The extra armor actually doesn’t fit completely snug either. On one of the arms it’s somewhat raised and the pieces just don’t seem to fit flush. This is rather irking, another manufacturer defect, I presume, as I doubt this would be a common error for Hot Toys.
Another minor production gripe I have with these accessories is that the missiles themselves…aren’t glued on straight. Like what.
Some of them are actually crooked pretty hardcore (see first image of the missile armor). At this point I don’t even have to reiterate how boned I got with this particular figure. Guess sometimes you just run out of luck and get a bad card.
Included is a display stand with the movie logo [Iron Man 2] and the suit designation.
Thankfully nothing wrong with this post; I actually rather enjoy it.
I like the design and especially the little triangle plaque that reads Mark IV. The prongs that actually hold the figure up work fairly well; the height can be adjusted as you see fit.
The prongs themselves can either hold Iron Man up by the groin or actually go into the groin, if his legs are set far enough apart. (They go into the gap at the inner thigh when the legs are far apart) At that point the post just acts as a third leg for more stability.
And because one stand wasn’t enough, we need two.
And this one lights up. Modeled after the bases which Tony’s armors stand upon in his house, I’m fairly certain one of these bases is included in every incarnation of the armor by Hot Toys.
Yes, it does legitimately light up around the edges, though I find the effect somewhat underwhelming. Not that there’s anything wrong with the lights in their function, it just doesn’t look that impressive. Needs the full hall of armor display.
There is a clear pole with a clamp (that’s padded with foam on the insides so it doesn’t harm the figure of course) that can act as either a standing support or an action base to mount Iron Man in aerial action.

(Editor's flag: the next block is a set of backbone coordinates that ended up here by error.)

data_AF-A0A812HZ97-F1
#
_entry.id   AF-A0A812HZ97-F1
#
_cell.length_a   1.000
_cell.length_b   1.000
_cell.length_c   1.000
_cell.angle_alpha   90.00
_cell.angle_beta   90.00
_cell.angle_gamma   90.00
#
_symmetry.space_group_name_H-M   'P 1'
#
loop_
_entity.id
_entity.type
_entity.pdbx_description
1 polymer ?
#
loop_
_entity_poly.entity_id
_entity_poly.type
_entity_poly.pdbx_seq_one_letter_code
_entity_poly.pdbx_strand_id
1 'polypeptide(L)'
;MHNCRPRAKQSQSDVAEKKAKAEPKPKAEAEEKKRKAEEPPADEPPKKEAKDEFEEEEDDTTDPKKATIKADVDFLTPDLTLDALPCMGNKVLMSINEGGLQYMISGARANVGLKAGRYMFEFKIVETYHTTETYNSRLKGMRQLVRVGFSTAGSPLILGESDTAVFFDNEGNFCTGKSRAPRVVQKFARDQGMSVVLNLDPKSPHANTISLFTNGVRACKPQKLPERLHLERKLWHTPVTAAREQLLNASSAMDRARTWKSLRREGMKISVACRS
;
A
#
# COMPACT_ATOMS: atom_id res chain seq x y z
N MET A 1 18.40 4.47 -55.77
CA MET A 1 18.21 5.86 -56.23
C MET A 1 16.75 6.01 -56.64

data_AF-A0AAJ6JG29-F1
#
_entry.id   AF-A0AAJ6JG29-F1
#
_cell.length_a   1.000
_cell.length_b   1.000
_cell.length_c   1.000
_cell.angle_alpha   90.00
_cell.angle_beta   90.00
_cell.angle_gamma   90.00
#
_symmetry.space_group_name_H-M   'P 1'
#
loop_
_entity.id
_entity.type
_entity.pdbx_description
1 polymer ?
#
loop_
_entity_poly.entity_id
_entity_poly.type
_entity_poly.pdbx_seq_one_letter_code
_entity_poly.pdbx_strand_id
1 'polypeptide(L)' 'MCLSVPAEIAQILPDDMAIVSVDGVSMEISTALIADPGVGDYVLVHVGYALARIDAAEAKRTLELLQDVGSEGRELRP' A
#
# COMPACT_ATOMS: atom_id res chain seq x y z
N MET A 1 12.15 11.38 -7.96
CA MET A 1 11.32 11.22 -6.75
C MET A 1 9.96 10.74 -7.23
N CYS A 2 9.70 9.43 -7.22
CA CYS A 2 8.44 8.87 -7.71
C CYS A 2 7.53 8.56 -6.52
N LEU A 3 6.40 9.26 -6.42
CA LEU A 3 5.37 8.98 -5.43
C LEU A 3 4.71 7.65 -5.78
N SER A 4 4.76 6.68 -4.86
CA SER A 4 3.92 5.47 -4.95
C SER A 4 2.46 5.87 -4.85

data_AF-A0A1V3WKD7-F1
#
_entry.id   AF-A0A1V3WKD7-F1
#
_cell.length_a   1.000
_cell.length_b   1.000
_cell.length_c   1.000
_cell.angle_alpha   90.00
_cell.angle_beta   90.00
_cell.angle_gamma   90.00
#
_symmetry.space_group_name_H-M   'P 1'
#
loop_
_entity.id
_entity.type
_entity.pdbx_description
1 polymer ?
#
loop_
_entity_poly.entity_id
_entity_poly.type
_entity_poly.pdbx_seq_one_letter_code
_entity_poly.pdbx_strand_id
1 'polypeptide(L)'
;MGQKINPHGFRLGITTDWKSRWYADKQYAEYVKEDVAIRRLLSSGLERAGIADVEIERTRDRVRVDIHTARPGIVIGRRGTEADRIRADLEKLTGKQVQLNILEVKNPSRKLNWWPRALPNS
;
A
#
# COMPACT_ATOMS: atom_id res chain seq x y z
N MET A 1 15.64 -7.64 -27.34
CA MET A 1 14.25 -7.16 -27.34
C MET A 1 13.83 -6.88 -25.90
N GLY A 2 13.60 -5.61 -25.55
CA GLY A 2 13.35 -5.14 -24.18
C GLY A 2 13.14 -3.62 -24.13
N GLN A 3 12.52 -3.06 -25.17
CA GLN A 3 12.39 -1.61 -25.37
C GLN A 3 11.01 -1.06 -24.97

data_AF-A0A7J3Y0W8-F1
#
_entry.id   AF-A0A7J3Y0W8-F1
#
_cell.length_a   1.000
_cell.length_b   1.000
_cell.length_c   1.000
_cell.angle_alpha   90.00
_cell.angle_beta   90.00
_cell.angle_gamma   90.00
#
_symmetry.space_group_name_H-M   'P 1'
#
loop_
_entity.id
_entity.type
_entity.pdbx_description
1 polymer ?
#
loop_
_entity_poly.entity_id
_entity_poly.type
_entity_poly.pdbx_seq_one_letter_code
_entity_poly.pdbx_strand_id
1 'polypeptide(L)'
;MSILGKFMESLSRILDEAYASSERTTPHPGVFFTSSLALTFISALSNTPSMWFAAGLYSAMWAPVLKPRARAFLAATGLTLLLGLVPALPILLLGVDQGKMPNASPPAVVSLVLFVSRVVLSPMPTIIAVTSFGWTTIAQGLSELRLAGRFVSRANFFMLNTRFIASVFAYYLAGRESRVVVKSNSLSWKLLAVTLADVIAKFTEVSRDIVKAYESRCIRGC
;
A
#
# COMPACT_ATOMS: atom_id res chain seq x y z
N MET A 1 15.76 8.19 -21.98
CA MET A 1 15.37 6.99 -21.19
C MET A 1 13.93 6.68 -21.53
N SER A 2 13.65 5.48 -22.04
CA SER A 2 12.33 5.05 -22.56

The base itself is rather detailed though, with slots for Iron Man’s feet to display the armor in standby mode. No, the feet do not lock in, he simply stands upon them.
Held up by said clear pole in an attempt to imitate the iconic flying stance.
Yeah it doesn’t work out so well. Quite legitimately the best shot and angle I could try to get of it.
I don’t think the action base was designed with this sort of flight posing in mind. It doesn’t have much in the way of motion; after all it’s just a clamp on a clear pole.
Let’s just pretend he’s flying, yes?
Overall, what can I say? This was my first Hot Toys experience. And needless to say at this point, it certainly wasn’t my best..with any figure I’ve ever come to hold in my grimy hands.
Despite all of it though, my view on Hot Toys still hasn’t changed. I still revere them as gods, unparalleled in their figure accuracy and quality. While I may not have experienced the “quality” part this time around though, I’m willing to delude myself for the moment and say I merely got a bad batch.
I refuse to believe this is their quality standard, and I severely doubt it actually is.
So now that I’m done with the figure (review and photo wise), do I intend to let my dream-figure-gone-wrong sit idly in the glass tower and slowly accumulate a thin layer of dust?
I think not.
I paid a really hiked up price for this dated figure, and having it deliver far below my expectations, I can’t really justify keeping it. Therefore, like many other collectables I’ve come to own, I will be selling it off in favor of using the money on a brand-new Mark VII suit.
When I first took the $550 plunge on this figure, I was contemplating the then-not-yet-released Mark VII as well, but eventually settled on this one for aesthetics (I preferred the uniform red and gold scheme).
However, at this point, the Mark VII has more advanced technologies and is a good $100 cheaper than this suit on the market, so it’d make more sense to just spring for second choice and rid myself of this abomination. Hopefully I’ll have better luck next time.